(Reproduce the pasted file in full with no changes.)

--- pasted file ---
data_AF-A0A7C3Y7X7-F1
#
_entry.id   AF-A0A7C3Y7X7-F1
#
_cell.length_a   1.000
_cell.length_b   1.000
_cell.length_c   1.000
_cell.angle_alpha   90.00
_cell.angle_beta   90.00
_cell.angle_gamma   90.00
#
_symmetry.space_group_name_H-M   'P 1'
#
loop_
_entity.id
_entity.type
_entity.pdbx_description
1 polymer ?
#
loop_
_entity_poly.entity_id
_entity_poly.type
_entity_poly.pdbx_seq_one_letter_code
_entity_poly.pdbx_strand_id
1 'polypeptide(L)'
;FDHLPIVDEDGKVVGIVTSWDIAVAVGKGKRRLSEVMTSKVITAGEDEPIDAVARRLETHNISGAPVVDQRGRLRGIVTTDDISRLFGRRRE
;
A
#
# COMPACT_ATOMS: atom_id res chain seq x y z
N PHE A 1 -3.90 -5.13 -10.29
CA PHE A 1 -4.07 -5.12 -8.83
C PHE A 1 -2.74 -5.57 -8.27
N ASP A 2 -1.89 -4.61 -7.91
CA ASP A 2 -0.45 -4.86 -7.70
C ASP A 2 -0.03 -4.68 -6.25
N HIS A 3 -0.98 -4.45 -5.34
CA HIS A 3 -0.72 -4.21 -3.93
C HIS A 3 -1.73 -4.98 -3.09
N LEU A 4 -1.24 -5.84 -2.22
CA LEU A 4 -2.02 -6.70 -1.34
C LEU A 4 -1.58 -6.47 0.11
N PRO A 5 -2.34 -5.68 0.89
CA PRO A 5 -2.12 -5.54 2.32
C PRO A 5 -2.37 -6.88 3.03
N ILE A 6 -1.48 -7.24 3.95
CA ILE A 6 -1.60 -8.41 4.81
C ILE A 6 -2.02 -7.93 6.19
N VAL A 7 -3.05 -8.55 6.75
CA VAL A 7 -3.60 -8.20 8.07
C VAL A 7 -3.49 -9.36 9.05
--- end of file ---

data_AF-A0A7C3Y7X7-F1
#
_entry.id   AF-A0A7C3Y7X7-F1
#
_cell.length_a   1.000
_cell.length_b   1.000
_cell.length_c   1.000
_cell.angle_alpha   90.00
_cell.angle_beta   90.00
_cell.angle_gamma   90.00
#
_symmetry.space_group_name_H-M   'P 1'
#
loop_
_entity.id
_entity.type
_entity.pdbx_description
1 polymer ?
#
loop_
_entity_poly.entity_id
_entity_poly.type
_entity_poly.pdbx_seq_one_letter_code
_entity_poly.pdbx_strand_id
1 'polypeptide(L)'
;FDHLPIVDEDGKVVGIVTSWDIAVAVGKGKRRLSEVMTSKVITAGEDEPIDAVARRLETHNISGAPVVDQRGRLRGIVTTDDISRLFGRRRE
;
A
#
# COMPACT_ATOMS: atom_id res chain seq x y z
N PHE A 1 -3.90 -5.13 -10.29
CA PHE A 1 -4.07 -5.12 -8.83
C PHE A 1 -2.74 -5.57 -8.27
N ASP A 2 -1.89 -4.61 -7.91
CA ASP A 2 -0.45 -4.86 -7.70
C ASP A 2 -0.03 -4.68 -6.25
N HIS A 3 -0.98 -4.45 -5.34
CA HIS A 3 -0.72 -4.21 -3.93
C HIS A 3 -1.73 -4.98 -3.09
N LEU A 4 -1.24 -5.84 -2.22
CA LEU A 4 -2.02 -6.70 -1.34
C LEU A 4 -1.58 -6.47 0.11
N PRO A 5 -2.34 -5.68 0.89
CA PRO A 5 -2.12 -5.54 2.32
C PRO A 5 -2.37 -6.88 3.03
N ILE A 6 -1.48 -7.24 3.95
CA ILE A 6 -1.60 -8.41 4.81
C ILE A 6 -2.02 -7.93 6.19
N VAL A 7 -3.05 -8.55 6.75
CA VAL A 7 -3.60 -8.20 8.07
C VAL A 7 -3.49 -9.36 9.05